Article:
posted on October 4th, 2021

Architects in NI support fight against cancer


Architects throughout Northern Ireland are opening up their home studios and practices between now and the 10th of October to raise money for Friends of the Cancer Centre, as part of an initiative organised by the Royal Society of Ulster Architects (RSUA) and the Jill Todd Trust. In return for a minimum donation of £40, members of the public benefit from an hour-long consultation with a chartered architect.

Jane Larmour, director of ALWA Architects, gives the lowdown on the initiative:

Photo Ros Kavanagh

So, what is Ask An Architect all about?

Ask An Architect offers people who have ideas about designing and making changes to their home the opportunity to get the dedicated attention of a registered architect for one hour. Renovating and building projects can be quite daunting if you don’t have much experience, so Ask An Architect offers no strings attached consultations with a chosen architect in exchange for a charitable donation of £40. Funds raised go directly to the Friends of the Cancer Centre and the Jill Todd Trust to support their locally-led cancer research.

What help can a homeowner get in just an hour?

Homeowners might feel like they don’t know the first thing about how to remodel their house, build an extension or build a new home and the Ask An Architect’ consultation offers a chance to sit down and talk about any element of the process.

You might be looking for reassurance that improvements you are already considering making to your house are worth pursuing, or for advice on alternative approaches. You might simply want to ask how to go about picking the right architect for your project or how to write a brief for your new project. In just an hour you can get some valuable insight!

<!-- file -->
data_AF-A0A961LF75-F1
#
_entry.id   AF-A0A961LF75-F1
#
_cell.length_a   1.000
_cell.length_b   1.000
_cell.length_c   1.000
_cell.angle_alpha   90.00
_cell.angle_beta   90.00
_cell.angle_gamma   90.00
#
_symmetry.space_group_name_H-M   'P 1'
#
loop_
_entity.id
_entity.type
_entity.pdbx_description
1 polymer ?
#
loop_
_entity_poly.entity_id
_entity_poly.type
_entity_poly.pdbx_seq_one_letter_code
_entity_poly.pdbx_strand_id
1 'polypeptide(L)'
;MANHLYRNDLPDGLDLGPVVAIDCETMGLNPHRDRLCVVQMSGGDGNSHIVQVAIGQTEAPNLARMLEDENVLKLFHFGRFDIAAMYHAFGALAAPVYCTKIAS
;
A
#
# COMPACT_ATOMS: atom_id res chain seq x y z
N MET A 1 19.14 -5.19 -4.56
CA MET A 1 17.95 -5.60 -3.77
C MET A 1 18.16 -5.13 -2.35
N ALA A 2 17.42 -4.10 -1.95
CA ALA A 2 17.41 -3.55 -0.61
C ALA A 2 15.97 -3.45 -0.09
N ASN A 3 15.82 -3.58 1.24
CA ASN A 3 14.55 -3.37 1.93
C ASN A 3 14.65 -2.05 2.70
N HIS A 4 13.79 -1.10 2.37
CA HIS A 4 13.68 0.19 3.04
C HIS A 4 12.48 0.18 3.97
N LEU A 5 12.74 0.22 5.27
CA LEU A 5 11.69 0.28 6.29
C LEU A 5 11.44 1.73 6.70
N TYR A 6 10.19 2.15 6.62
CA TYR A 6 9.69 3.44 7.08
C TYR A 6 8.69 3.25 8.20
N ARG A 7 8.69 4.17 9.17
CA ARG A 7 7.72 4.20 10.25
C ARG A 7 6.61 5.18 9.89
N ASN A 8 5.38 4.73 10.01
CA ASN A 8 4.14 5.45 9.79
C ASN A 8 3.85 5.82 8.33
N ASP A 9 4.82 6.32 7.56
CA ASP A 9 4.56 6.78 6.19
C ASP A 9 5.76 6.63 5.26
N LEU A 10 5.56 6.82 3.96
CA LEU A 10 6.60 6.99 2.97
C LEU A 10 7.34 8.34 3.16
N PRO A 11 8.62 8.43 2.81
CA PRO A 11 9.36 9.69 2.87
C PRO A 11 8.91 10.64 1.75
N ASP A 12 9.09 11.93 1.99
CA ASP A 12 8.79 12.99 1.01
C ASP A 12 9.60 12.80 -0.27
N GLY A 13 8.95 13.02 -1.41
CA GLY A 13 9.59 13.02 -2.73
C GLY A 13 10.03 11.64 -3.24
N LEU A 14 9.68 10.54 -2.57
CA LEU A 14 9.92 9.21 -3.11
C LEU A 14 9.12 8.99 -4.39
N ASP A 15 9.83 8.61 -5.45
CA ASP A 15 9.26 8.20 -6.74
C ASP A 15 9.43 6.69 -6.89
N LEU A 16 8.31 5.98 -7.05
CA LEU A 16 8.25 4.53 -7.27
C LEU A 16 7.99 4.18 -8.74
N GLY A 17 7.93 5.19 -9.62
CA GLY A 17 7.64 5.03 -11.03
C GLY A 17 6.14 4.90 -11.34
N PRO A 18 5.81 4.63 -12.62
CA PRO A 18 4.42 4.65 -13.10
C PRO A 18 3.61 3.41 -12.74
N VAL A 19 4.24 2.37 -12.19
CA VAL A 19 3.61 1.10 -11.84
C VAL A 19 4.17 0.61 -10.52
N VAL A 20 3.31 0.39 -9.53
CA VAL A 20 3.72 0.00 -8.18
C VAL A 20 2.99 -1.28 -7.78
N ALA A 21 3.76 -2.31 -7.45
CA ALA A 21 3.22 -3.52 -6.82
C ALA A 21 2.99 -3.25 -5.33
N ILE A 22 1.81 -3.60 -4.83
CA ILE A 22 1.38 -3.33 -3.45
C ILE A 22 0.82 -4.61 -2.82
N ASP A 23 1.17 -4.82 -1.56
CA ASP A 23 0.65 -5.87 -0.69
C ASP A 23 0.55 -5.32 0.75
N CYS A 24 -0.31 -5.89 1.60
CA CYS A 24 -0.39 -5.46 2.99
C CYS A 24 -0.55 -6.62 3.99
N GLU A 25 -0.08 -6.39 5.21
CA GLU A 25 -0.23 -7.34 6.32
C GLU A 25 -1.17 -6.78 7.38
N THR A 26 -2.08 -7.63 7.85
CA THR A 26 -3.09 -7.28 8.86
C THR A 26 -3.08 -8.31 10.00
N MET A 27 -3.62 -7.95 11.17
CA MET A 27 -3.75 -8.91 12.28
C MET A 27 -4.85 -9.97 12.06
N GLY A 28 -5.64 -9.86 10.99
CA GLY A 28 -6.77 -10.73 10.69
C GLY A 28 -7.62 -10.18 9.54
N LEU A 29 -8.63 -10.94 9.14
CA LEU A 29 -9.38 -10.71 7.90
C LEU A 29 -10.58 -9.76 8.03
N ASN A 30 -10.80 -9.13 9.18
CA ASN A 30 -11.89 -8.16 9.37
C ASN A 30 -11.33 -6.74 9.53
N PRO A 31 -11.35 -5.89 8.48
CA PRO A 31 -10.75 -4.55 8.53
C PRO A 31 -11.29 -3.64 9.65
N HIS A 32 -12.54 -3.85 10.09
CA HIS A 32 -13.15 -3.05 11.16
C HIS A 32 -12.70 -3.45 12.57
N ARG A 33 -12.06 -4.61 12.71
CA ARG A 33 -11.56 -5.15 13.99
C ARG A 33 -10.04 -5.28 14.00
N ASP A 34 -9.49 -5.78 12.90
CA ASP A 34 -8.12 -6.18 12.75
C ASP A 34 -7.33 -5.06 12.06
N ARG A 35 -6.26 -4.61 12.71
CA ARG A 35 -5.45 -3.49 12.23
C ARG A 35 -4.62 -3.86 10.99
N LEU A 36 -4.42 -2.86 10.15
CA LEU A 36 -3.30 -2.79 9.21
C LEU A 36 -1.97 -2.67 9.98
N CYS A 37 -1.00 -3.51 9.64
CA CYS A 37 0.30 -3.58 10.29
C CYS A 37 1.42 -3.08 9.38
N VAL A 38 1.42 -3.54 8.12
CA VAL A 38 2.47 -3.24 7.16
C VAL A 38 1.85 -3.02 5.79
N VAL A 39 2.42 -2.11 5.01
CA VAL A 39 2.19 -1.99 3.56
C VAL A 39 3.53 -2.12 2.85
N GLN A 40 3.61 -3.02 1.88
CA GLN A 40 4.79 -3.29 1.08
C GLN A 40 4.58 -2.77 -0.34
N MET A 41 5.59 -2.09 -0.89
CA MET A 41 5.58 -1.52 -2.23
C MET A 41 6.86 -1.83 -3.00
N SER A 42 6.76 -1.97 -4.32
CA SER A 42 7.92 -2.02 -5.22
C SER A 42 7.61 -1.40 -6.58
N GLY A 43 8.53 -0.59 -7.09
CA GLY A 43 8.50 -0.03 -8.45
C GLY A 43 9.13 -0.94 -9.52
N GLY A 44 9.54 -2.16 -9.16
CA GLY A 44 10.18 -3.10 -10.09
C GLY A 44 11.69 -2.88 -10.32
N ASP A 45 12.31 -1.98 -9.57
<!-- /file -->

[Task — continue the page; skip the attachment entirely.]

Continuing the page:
What are the most common questions that people ask?

I have been involved in Ask An Architect since 2017 and have had questions ranging from general queries about what to expect over the course of a construction project to questions about very specific design issues.

Some people are interested in the planning process and particularly what is involved when it comes to listed buildings or conservation areas. Other people have specific issues with their home that they want to improve, and we might talk them through alternatives to consider.

One thing we are asked about a lot is how to connect a house with outdoor space – so many old houses don’t connect well with the garden and our job is often to find ways to make more fluid connections and bring more light inside.

What would you say to someone on the fence?

Go for it. The beauty of ‘ask an architect’ is that there are no strings attached. It’s an hour for you to spend with an architect of your choice to talk through anything you have ever wondered about building projects, without feeling like there is any pressure to take things any further after the consultation. The best bit is that it’s all for charity.

Consultations take place at a time and location to suit, and bookings can be made until 10th October at http://www.askanarchitect-ni.com